Forthcoming on The Bob Edwards Show

The Bob Edwards Show, February 27–March 2, 2012

Monday, February 27, 2012: The number of African American baseball players in the major leagues has plummeted by two thirds since its peak in 1975.  And while it’s increasingly difficult to find black players on the field, the opposite holds true for Latinos. They are playing the game in record numbers and represent a full quarter of big-league rosters.  Sports historian Rob Ruck examines why blacks, who led the fight to integrate baseball, have now largely left the game. His book is titled Raceball: How the Major Leagues colonized the Black and Latin Game.  It’s now out in paperback.  Next, Bob talks to renowned historian Simon Schama about his book Rough Crossing: Britain, the Slaves and the American Revolution. Schama asks this provocative question: If you were black in America at the start of the Revolutionary War, whom would you want to win? Then, Bob talks with writer MT Anderson about his book The Astonishing Life of Octavian Nothing: Traitor to the Nation. This novel follows the story of a young Revolutionary-era slave, living in Boston, who discovers that his life isn’t all that it seems.

Tuesday, February 28, 2012: Barbara Ehrenreich says of Katherine Boo’s new book, “If Bollywood ever decides to do its own version of ‘The Wire’, this would be it.” In Behind the Beautiful Forevers: Life, Death and Hope in a Mumbai Undercity, Boo chronicles the story of people struggling to live in one of contemporary India’s most notorious slums, nestled in the shadow of the city’s luxury hotels. Katherine Boo has won both the Pulitzer Prize and a MacArthur “Genius” Award for long-form reporting on poverty in the United States for the Washington Post and The New Yorker, among other publications.

Wednesday, February 29, 2012: In Panther Baby: A Life of Rebellion & Reinvention, Jamal Joseph vividly recounts his introduction to Panther life, and his progression from a young, naïve street kid to a confident and outspoken member of an influential national movement, and later to an Oscar nominee and professor at an Ivy League college.”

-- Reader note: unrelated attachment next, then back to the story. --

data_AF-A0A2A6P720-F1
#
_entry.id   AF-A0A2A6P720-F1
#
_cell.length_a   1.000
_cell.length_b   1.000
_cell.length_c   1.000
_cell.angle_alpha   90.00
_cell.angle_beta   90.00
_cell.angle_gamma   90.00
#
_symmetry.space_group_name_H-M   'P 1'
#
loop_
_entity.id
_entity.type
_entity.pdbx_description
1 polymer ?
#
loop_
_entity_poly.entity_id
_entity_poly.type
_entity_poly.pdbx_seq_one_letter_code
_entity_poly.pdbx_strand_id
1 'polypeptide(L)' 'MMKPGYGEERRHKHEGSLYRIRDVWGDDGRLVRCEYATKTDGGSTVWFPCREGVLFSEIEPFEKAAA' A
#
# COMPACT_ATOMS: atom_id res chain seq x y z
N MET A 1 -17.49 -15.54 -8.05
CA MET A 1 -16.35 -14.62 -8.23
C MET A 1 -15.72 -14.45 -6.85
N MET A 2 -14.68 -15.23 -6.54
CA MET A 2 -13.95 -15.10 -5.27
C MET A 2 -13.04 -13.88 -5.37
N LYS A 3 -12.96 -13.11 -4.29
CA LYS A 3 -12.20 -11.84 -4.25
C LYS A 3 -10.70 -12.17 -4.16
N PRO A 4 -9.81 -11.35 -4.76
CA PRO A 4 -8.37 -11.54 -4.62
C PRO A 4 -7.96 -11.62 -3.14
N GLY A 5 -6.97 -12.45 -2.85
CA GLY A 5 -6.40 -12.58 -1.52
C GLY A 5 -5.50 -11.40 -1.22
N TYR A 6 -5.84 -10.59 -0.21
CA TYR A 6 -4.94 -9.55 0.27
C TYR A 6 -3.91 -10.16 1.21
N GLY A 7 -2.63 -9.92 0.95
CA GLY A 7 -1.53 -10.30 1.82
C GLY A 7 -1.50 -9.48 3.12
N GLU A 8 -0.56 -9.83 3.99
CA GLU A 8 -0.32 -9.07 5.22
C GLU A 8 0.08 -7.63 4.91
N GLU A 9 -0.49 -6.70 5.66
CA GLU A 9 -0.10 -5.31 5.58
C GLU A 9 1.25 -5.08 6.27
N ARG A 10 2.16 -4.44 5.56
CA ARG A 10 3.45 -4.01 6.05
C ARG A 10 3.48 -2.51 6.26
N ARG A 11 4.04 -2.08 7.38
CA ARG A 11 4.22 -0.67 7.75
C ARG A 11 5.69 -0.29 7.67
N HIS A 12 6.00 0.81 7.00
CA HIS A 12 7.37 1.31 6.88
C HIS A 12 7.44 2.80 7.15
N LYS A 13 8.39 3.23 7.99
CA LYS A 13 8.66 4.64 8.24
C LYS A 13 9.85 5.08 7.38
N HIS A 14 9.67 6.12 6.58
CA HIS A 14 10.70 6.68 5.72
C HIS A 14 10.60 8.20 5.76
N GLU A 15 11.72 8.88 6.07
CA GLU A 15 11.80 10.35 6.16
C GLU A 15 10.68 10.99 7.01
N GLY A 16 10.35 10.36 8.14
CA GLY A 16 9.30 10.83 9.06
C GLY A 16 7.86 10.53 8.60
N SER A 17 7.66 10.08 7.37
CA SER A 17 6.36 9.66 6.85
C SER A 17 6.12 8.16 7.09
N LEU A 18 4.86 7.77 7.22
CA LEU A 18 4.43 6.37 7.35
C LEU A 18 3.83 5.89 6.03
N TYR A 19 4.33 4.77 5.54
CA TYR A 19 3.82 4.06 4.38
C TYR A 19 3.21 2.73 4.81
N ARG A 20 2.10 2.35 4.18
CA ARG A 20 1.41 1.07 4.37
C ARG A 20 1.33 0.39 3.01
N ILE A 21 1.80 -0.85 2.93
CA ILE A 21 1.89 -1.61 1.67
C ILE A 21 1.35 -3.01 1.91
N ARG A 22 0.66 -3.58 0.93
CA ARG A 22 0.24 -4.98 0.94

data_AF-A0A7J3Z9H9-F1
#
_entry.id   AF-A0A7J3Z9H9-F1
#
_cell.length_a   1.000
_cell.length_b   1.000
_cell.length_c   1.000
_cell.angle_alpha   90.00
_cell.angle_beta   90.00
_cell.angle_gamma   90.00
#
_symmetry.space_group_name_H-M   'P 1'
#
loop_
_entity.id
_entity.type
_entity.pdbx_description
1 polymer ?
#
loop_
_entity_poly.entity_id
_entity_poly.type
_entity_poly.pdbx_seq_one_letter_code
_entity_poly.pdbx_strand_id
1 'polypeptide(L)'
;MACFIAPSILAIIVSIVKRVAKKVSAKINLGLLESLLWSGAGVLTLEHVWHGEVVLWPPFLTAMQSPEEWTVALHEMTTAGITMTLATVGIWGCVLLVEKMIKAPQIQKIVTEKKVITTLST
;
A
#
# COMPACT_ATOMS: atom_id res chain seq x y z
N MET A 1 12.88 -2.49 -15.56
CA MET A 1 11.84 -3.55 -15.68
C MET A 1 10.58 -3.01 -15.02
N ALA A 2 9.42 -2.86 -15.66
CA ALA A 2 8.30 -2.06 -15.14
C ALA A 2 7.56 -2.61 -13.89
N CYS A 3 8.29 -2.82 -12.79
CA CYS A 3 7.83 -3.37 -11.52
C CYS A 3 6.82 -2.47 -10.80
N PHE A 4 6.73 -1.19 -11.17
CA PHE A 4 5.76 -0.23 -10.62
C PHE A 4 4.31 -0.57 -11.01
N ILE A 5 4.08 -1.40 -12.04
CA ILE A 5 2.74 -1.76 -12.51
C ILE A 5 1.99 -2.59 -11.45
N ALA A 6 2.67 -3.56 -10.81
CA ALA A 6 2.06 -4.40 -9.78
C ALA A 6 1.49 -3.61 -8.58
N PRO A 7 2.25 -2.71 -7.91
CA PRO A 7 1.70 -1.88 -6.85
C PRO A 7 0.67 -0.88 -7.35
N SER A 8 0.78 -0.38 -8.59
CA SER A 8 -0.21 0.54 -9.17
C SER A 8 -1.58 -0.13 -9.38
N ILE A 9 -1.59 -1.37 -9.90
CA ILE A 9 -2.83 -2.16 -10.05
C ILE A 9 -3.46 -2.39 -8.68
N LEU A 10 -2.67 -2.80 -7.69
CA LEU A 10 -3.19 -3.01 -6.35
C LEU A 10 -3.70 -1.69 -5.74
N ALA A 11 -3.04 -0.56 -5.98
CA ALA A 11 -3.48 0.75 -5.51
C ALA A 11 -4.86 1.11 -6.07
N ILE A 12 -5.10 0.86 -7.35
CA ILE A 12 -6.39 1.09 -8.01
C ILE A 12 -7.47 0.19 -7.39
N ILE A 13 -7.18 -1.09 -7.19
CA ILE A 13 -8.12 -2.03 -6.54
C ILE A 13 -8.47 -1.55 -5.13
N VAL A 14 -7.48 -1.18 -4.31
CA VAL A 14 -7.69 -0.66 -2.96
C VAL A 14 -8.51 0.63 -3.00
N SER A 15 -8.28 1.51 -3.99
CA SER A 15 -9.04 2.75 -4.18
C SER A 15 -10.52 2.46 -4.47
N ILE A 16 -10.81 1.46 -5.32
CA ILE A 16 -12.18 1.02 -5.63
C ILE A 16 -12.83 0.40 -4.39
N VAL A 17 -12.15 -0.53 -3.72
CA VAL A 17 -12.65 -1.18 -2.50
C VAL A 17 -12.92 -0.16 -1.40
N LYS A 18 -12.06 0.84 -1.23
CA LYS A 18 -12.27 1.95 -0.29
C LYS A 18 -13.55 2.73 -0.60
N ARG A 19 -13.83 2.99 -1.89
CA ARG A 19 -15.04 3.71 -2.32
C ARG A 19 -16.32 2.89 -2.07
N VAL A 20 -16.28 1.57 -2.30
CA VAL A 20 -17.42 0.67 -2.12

Thursday, March 1, 2012: Evolution is a fact, not a debatable theory. Prehistorian and popular-science writer Cameron Smith lays out the evidence and logic in his book The Fact of Evolution. Then, award-winning English writer Edward St. Aubyn’s new novel At Last is the final installment of his acclaimed Patrick Melrose series.  A master of dark comedy and difficult truths, St. Aubyn is one of contemporary literature’s finest novelists.

Friday, March 2, 2012: Doyle McManus, Washington columnist for the Los Angeles Times joins Bob to discuss the latest political news.  Next, director Paul Weitz’s most recent film Being Flynn stars actors Robert De Niro, Julianne Moore, and Paul Dano.  Based on writer Nick Flynn’s memoir Another Bull* Night in Suck City, the film tell the true story of Flynn (Dano), a rootless young man working in a homeless shelter, who reunites with his estranged father (De Niro) at the shelter. Then, in this week’s installment of our ongoing series This I Believe, we hear the essay of Elizabeth Onusko.  Memories are important to everyone, but some of us need a little help keeping those memories fresh.  Onusko is a saver. She keeps ticket stubs, playbills, birthday cards and any other tiny memento that might help her remember a point in her life. Onusko says that when she looks through all of the material she’s accumulated, she feels like she’s going back in time, visiting herself at a younger age.